Glasgow, United Kingdom – In 2017, the Scottish National Party held off an insurgent Labour challenge by just 75 votes in Glasgow East. This time around sees the incumbent SNP MP, David Linden, take on Labour Party’s Kate Watson – but it is unlikely the result will be so close.
With less than three weeks until the election, there are few signs here of it taking place at all. The usual placards and posters are yet to be placed. Activists have suggested it is common sense – Glasgow’s famously hospitable weather would likely obliterate anything not nailed down, while most voters are wary about voting at all, or have already made up their minds.
Despite the current political ennui, Glasgow East has become a bellwether seat as well as one of the country’s poorest constituencies. For decades it was safely Labour, as was common among Scotland’s working-class communities. But 2008 saw a shock by-election win for the SNP which confirmed their entry into mainstream Scottish politics.
Labour regained the seat in the 2010 general election, before voters flocked to the SNP in 2015 – a landslide win for the nationalists. Margaret Curran, a veteran stalwart of the Labour Party in Scotland, lost by more than 10,000 votes in a result which became an emblem for its decline in its heartlands.
New Labour’s third-way politics were designed to appeal to wealthier voters, typically in more affluent constituencies in England. While their plan successfully paved the way for Blair and Brown’s administrations, it neglected the concerns of voters in seats such as Glasgow East, whose Easterhouse estate had been memorably described as “a desert with windows”.
Malik runs a laundrette in Shettleston and summed up the situation neatly. “I’ve always been SNP,” he told Al Jazeera. “Well, not always – I used to be Labour, but they have no chance here now.”
Brexit vs the economy
Altaf, a shopkeeper in Shettleston, summed up what people here want to see from politics: “Keeping people in jobs is the most important thing. The economy used to be shipbuilding, and Ravenscraig [once Europe’s largest steel mill, now closed].”
Labour Party has perhaps the most ambitious manifesto seen in decades, but it has little traction here. “This election is all about Brexit – nothing else,” says Malik.
Rich grew up in Devon, England, and now lives in East Dunbartonshire – Liberal Democrat leader Jo Swinson’s seat. Breaking away from his son’s football matches to get breakfast rolls at a cafe, he was emphatic about his motivations in December: “I just don’t know what England’s doing – I’ll probably vote SNP.”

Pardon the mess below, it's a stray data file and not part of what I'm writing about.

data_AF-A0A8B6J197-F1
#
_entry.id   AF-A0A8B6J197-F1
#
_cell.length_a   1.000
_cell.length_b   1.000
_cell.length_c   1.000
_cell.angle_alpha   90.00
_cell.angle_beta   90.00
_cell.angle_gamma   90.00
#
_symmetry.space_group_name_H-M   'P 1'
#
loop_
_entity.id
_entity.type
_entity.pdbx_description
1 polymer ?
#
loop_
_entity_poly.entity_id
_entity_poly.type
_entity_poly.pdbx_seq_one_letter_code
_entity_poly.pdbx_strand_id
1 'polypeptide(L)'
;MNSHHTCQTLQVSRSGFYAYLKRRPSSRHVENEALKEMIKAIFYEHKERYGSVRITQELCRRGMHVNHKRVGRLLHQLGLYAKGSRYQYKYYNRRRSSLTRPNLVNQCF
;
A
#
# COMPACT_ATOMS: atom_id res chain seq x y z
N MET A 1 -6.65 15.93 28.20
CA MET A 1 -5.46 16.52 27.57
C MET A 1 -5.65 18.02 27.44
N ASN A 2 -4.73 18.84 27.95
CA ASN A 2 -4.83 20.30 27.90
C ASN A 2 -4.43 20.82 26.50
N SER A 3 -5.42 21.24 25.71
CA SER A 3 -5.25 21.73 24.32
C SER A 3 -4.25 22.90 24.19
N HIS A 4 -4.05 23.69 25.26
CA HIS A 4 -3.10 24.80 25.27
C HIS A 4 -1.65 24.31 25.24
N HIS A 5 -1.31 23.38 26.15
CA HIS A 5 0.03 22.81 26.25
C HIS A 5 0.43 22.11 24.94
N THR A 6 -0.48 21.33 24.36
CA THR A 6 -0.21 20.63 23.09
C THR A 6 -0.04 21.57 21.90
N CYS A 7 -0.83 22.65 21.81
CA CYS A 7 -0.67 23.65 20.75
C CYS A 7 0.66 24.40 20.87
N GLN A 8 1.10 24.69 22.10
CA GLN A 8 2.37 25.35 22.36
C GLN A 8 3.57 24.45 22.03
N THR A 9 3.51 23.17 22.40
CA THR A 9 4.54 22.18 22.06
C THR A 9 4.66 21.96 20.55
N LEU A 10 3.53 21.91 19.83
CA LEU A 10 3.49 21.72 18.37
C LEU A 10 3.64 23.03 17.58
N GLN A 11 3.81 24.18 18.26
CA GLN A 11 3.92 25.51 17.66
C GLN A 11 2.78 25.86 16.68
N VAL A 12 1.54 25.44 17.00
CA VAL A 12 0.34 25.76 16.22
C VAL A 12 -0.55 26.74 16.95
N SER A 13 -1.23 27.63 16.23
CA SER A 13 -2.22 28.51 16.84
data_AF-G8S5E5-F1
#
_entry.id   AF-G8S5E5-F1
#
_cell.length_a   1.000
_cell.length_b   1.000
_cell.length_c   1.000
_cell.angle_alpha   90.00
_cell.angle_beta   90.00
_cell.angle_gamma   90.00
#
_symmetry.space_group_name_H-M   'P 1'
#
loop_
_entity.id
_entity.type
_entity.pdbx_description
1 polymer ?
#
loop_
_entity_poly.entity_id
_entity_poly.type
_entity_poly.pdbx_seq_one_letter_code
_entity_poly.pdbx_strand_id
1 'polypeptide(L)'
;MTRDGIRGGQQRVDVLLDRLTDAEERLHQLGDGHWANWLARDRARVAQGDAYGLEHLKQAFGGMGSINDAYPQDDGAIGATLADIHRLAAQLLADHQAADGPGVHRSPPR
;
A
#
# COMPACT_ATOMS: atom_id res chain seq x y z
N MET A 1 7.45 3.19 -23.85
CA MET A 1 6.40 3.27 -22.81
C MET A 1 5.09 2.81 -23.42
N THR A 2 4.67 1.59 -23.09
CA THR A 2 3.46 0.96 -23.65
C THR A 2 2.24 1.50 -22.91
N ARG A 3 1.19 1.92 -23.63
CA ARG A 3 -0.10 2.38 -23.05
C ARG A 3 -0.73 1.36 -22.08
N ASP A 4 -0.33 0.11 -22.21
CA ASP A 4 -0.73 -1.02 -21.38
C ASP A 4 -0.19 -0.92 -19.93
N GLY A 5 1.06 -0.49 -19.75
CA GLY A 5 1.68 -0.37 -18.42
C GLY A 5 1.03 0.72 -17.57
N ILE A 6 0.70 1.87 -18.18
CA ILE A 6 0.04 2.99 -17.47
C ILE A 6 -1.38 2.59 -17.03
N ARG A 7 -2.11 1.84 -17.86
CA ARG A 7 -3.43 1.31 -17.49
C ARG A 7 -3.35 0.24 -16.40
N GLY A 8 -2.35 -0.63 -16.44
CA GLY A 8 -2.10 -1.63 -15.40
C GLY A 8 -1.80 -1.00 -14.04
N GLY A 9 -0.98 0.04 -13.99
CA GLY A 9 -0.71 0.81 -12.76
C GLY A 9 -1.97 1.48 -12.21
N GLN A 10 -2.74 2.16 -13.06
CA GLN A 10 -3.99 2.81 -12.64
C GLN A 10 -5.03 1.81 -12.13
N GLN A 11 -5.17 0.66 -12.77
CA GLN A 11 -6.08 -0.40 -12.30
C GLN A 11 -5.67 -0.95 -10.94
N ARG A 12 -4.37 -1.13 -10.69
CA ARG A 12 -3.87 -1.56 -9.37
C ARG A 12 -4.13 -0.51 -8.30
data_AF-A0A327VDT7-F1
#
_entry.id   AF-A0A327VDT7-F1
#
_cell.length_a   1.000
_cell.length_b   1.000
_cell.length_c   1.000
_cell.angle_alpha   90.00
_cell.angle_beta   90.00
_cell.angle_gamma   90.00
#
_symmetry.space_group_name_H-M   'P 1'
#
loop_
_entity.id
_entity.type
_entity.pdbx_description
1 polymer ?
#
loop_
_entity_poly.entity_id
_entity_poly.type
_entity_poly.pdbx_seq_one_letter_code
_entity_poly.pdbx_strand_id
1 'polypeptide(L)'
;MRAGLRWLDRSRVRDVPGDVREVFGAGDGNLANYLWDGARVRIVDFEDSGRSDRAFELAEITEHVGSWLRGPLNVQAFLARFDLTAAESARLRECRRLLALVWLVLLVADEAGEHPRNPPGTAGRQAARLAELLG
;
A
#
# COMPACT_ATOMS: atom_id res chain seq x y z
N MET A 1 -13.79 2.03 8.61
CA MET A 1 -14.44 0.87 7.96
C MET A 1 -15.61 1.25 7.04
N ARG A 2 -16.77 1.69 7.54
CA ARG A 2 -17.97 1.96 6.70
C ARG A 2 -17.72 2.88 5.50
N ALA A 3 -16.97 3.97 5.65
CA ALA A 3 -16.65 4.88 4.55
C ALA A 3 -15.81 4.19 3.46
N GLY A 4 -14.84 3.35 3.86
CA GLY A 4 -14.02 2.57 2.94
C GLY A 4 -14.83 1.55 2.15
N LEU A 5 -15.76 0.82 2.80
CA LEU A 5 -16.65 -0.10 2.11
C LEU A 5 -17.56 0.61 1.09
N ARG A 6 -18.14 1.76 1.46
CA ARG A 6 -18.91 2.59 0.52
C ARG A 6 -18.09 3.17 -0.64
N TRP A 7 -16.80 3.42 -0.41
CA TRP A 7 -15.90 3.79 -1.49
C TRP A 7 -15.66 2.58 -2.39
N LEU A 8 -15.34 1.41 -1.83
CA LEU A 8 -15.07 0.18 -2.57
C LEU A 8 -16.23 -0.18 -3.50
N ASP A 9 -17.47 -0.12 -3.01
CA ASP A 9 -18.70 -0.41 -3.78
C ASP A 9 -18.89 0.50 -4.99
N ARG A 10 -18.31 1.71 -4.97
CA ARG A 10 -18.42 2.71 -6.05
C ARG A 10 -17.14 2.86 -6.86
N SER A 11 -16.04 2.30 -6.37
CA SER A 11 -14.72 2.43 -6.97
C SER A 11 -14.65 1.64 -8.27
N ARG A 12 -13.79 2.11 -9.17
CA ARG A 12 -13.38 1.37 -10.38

The Lib Dems’ strategy across the United Kingdom is to appeal to remain-minded Tories in the same way that New Labour did. But as Rich put it, “Some of Jo Swinson’s voting record is really troubling.” It has become harder for UK parties to draw on right-wing support in England without a trade-off among liberal voters in Scotland.
The SNP has positioned itself as the vanguard of Scotland’s anti-Brexit public. The country voted by a 62-38 margin to remain in the European Union, and the SNP has spent the past three years capitalising on the image of a Tory-run Westminster government tearing Scotland away from the EU’s financial prosperity.
SNP? Yes. Independence? Maybe
Crucially, some voters are comfortable voting for the SNP even if, like Malik, they feel “Brexit and independence are different things – I’m SNP but not sure about independence yet”. At a UK general election, the SNP enjoys unambiguous positions on both EU membership and Scottish independence, but voters do not need to agree with both to vote against a political agenda set down south.
Labour’s position on key policies is less clear to voters. “I think they want to remain [in the EU], probably,” adds Malik. Labour leader Jeremy Corbyn has signalled he could allow a new independence referendum later on under a Labour government. This leaves the door open to a minority Labour government operating with SNP support in return for a future independence vote.
Scotland’s political kaleidoscope has turned in recent years. Now the SNP enjoys popularity across the country, as its anti-Brexit stance appeals even to voters who might not agree with them on Scottish independence.
Still, the SNP’s political goals rely on the support of Labour, and while they hope to defeat Corbyn’s acolytes in Glasgow East, they know Labour must succeed south of the border if the SNP is to realise any of its political aims. UK politics has rarely been more confused.
Note: Also in Glasgow East, Thomas Kerr is standing for the Conservatives, and James Harrison is standing for the Liberal Democrats.